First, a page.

While climatic conditions at the camps are very difficult, the Saharawis have built their own schools and they teach their own children. They have hospitals, workshops and some gardens and keep themselves, their children and their culture alive as they await their return to their own country.
The Saharawis have their own democratically elected government, the Saharawi Arab Democratic Republic (SADR), with men and women ministers and parliamentarians. Its officials run the camps. The government looks after its people and seeks the support of other nations for the proposed referendum so that the Saharawi people can return to their own country.
SADR is recognised as the legitimate government of Western Sahara by at least 80 countries, most recently by the Republic of South Africa and Kenya. It is a member of the African Union.
Saharawi refugee camps
The temperature reaches 135 F in summer and drops below freezing in winter. The area is often affected by sandstorms, called siroccos, which sweep through the refugee camps without warning. Flash floods wipe out entire stretches of tents and destroy everything in their path.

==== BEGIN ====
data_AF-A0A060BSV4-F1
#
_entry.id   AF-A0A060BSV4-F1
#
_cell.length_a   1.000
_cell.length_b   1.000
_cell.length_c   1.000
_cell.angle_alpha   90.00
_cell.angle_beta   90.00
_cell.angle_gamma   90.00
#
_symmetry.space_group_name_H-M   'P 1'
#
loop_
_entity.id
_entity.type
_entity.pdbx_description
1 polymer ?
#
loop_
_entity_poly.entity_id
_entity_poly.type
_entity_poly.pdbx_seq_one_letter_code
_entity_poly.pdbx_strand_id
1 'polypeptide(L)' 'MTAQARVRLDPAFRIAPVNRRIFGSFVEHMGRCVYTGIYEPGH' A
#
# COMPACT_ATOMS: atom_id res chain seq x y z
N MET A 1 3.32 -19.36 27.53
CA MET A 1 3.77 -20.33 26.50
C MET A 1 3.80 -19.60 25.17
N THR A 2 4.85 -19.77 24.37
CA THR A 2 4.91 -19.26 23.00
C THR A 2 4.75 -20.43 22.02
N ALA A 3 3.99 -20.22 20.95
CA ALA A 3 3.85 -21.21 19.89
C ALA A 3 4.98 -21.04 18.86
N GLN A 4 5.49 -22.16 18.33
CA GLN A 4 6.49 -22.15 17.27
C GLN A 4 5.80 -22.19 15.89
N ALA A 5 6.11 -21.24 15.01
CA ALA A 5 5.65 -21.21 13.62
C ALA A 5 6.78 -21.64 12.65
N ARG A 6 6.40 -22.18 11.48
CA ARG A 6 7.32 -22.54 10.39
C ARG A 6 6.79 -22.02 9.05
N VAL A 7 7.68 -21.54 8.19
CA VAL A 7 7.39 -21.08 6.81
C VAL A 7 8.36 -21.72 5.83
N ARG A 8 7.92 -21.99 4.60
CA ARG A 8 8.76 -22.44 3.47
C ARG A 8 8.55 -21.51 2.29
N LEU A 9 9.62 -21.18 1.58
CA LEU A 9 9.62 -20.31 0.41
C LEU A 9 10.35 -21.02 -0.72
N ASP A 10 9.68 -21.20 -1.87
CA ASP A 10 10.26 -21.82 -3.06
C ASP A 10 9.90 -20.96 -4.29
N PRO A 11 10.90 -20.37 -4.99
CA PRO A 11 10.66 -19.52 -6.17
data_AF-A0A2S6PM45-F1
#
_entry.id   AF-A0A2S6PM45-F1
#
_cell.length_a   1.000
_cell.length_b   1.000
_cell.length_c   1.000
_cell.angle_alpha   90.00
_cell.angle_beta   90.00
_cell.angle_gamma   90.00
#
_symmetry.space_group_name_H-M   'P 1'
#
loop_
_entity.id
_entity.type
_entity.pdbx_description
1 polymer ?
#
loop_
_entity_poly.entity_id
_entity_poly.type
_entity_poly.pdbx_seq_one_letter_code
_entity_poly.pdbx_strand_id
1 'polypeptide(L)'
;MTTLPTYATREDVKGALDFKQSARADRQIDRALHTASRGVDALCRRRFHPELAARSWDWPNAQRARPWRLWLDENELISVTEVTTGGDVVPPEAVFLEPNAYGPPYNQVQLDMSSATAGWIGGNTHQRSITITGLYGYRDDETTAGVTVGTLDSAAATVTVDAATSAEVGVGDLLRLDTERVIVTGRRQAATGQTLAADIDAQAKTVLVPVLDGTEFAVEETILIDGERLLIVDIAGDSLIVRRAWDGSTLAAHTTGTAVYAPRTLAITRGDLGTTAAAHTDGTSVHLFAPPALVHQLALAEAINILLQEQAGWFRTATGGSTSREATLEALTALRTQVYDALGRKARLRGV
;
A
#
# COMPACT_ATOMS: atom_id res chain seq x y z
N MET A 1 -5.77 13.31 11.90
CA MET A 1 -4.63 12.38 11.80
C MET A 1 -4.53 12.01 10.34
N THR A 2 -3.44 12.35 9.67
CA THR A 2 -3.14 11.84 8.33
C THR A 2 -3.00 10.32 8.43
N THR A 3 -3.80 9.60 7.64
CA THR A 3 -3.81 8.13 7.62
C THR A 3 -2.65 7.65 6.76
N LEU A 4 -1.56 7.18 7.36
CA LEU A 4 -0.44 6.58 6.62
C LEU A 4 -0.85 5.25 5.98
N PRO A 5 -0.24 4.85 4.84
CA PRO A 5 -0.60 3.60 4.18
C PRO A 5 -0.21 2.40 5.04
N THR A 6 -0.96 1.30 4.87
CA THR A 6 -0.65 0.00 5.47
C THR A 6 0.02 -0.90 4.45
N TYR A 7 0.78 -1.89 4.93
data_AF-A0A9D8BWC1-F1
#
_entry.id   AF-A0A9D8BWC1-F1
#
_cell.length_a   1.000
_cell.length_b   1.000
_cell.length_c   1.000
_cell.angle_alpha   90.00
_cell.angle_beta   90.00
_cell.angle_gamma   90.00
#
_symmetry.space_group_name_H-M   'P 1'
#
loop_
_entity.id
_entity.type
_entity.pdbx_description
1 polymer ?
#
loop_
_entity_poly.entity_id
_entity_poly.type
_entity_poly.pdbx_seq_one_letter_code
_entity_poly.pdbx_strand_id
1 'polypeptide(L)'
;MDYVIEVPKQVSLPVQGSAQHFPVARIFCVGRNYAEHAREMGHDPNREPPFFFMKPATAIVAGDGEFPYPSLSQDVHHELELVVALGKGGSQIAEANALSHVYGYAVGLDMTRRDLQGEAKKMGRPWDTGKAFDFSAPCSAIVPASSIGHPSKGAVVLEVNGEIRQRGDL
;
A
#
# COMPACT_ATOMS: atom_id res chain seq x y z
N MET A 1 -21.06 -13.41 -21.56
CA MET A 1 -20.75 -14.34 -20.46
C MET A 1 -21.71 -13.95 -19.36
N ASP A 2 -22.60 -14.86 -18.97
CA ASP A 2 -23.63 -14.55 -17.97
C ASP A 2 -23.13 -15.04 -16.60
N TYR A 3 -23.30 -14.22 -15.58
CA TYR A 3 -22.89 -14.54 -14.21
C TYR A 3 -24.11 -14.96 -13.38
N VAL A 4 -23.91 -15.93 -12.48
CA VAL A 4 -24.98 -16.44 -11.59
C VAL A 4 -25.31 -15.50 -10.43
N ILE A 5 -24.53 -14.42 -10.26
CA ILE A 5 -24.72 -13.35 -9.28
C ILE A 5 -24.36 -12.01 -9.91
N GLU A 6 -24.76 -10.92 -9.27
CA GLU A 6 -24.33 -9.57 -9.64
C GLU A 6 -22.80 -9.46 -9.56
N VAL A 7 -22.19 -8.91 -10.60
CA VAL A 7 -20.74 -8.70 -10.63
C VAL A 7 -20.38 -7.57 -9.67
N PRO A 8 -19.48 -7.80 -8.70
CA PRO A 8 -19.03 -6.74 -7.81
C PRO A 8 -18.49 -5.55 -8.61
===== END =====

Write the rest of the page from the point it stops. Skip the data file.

Here, in the southwest corner of Algeria, nearly 200,000 refugees are struggling to survive in this inhospitable part of the great Sahara Desert.
Saharawi women in the refugee camps
More than 80% of the Saharawi refugees living in the refugee camps are women and children.
The National Union of Sahrawi Women (NUSW) is a people’s organisation of all the women of the Saharan Arab Democratic Republic SADR, created in 1979 on the initiative of the POLISARIO Front. Today the NUSW has 10,000 members in the refugee camps in Tindouf, the occupied and liberated areas of the Western Sahara and living abroad as Saharawi emigrants, organised in local and regional offices.
Oil and gas exploration
In May 2005 in preparation for the full recovery of all of the Western Sahara territory SADR announced the commencement of a licensing initiative to enable international oil and gas companies to participate in the exploration of its offshore territory.
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This licensing initiative is open to all competent and qualified companies and has been arranged in accordance with the UN legal opinion regarding commercial activities in Western Sahara.
SADR believes that development of its significant natural resources will play an important part in developing a self-reliant, democratic and progressive nation in Western Sahara.